But the main point is that it doesn’t matter.  It isn’t necessary for gay parents to be statistically superior for them to be parents. There are kids who need parents and couples who want to be parents and the solution seems pretty simple to me. If the study shows anything, it’s that it is certainly possible for the children of gay couples to be happy and healthy, which seems to rob some of the people I’ve been quoting of their ammunition, doesn’t it?

But it’s not that simple to the Mail. It’s not that simple to the Mail at all. So, as promised, here are some of the comments. Usual trigger warning of abject assholeary:

what a load.....i wonder what gay lobby group Sponsored this study? i am not a bigot but what ever became of the traditional nuclear family that has existed for thousands of years? one father is good two fathers is better......right?

- Dark Stanley , san diego, United States,

Then let them have their own kids oh wait a minute they can't and why because it's not natural.

- vote-ukip , Lancashire, 07/6/2013 00:17

Gay parents have --- No they don't HAVE they look after someone else's children, they cant have children. Only a man and a women can HAVE a child. As for one previous comment, sorry but is the Gays who need to get over themselves not the straights.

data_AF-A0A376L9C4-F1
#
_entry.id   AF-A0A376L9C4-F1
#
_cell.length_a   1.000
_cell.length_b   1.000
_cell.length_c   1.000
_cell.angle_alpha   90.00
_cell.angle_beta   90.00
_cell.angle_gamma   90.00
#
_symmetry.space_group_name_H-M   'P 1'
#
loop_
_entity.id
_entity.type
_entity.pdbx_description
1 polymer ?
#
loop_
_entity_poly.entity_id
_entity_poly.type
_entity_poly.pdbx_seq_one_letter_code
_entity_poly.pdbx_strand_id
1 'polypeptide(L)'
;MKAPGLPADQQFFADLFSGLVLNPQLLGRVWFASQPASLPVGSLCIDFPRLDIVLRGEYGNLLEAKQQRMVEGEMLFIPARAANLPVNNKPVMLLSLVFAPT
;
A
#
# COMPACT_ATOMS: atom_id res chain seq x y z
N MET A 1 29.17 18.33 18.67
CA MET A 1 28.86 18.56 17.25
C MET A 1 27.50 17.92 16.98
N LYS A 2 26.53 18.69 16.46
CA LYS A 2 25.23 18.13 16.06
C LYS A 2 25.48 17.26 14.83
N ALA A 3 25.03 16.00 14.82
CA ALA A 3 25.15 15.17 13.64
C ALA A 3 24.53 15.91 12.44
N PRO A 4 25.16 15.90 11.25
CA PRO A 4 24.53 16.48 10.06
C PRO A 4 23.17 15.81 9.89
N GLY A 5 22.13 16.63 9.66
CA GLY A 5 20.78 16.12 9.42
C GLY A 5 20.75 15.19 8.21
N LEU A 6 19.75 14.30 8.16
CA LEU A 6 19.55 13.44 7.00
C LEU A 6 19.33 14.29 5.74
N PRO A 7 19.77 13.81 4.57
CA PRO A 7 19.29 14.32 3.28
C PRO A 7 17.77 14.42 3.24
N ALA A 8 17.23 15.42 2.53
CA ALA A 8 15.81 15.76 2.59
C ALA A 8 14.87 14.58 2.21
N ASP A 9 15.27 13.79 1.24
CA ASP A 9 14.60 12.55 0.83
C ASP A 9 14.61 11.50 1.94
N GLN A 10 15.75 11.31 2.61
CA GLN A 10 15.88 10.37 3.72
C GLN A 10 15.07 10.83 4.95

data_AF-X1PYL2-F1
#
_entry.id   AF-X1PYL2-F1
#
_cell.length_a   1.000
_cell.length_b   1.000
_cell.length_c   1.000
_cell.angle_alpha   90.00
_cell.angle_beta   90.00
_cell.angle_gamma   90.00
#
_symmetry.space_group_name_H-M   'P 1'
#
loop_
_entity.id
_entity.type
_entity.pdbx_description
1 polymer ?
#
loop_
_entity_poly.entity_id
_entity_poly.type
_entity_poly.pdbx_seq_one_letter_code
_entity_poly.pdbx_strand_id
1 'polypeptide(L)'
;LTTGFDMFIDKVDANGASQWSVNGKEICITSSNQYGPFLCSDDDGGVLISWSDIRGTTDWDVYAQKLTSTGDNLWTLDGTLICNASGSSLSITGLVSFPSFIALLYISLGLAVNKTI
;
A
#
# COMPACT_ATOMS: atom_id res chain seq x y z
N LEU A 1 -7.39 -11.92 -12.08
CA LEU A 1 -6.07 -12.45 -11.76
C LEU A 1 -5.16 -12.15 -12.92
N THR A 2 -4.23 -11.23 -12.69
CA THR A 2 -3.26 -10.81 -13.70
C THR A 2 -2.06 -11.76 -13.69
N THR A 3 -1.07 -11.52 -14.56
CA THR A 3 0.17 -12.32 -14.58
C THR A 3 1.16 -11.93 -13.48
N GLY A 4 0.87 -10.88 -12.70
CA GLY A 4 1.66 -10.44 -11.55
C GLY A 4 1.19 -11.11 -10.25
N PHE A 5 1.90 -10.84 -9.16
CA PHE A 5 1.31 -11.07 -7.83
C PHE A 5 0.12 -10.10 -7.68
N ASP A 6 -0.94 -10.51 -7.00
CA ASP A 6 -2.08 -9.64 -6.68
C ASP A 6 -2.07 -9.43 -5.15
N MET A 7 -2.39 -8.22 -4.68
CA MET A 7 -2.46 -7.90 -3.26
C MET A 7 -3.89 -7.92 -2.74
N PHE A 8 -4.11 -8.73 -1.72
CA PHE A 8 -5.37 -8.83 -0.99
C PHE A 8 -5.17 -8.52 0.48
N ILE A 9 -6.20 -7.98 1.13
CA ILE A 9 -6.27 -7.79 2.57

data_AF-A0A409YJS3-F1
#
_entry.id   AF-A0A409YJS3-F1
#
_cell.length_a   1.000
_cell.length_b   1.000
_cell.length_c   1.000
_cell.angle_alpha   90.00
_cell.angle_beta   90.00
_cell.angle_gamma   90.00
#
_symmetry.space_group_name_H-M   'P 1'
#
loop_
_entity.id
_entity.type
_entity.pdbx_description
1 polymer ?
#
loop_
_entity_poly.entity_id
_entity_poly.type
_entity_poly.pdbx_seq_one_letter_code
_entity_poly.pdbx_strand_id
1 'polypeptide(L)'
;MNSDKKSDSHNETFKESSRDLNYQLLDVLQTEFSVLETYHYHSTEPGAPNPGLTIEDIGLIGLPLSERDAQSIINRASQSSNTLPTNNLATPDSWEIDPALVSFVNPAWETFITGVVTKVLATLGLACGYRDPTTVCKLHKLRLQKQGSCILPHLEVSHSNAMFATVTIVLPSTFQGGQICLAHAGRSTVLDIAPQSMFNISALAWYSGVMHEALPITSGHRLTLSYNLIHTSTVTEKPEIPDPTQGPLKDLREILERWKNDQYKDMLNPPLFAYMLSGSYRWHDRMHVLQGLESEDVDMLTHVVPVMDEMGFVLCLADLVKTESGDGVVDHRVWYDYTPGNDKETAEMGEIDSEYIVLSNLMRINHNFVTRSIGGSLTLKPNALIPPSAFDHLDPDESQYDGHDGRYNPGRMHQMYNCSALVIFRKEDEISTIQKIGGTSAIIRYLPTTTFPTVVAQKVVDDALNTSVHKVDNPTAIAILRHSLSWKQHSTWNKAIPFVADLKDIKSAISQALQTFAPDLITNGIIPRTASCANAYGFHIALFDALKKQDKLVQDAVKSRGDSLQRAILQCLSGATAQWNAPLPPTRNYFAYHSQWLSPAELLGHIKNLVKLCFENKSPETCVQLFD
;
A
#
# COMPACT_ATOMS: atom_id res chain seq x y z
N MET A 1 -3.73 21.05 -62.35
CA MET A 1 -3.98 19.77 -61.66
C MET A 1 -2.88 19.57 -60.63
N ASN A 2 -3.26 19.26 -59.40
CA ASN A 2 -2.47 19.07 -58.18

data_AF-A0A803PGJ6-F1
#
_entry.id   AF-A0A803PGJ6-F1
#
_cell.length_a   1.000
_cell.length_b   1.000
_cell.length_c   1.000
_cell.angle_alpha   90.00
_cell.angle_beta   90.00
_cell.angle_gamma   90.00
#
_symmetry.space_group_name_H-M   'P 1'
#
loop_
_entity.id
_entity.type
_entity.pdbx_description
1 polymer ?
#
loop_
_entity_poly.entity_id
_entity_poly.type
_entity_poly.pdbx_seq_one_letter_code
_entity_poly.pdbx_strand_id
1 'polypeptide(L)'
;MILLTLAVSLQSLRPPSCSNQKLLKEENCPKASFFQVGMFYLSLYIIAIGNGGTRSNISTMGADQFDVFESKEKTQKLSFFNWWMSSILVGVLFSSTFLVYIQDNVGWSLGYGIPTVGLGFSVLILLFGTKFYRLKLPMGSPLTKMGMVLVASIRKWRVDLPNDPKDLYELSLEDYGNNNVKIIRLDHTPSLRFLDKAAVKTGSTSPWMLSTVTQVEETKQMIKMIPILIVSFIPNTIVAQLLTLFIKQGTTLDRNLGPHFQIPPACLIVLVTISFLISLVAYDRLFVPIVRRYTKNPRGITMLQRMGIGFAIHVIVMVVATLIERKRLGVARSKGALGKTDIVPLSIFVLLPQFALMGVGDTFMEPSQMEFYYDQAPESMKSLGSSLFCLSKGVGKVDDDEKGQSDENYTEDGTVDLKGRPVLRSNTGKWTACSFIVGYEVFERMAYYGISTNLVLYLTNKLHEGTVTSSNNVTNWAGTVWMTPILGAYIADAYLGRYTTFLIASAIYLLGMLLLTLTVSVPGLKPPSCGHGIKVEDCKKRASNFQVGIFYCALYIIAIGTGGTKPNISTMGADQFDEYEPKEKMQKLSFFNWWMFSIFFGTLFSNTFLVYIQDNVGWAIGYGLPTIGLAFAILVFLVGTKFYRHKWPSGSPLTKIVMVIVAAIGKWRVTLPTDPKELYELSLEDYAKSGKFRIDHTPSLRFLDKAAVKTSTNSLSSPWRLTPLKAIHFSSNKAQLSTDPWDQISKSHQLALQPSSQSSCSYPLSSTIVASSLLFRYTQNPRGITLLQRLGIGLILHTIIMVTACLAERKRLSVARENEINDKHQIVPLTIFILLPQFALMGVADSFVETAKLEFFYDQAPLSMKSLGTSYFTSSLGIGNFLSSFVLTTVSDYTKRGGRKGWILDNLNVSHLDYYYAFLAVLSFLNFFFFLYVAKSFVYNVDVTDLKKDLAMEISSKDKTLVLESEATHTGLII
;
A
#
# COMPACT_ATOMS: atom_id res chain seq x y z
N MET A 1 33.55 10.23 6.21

- Chris , Sidmouth, 07/6/2013 00:16

Maybe they are less argumentative because they are more submissive to the dominant male in the family? Just a hypothesis?

- Twostars_83 , Roving, United Kingdom,

nicer soft furnishings...

- truebrit , Plymouth, 07/6/2013 00:09

Well, who knew that we were doing it wrong all these centuries. Should we now look forward to a world where all children are conceived in vitro and turned over to same sex couples to better raise them? And what of the research that has long suggested that a child needs a mother AND a father. No matter what fresh Utopia liberals may seek, homosexuality will never be the norm nor will it ever be preferable to Mother Nature's design.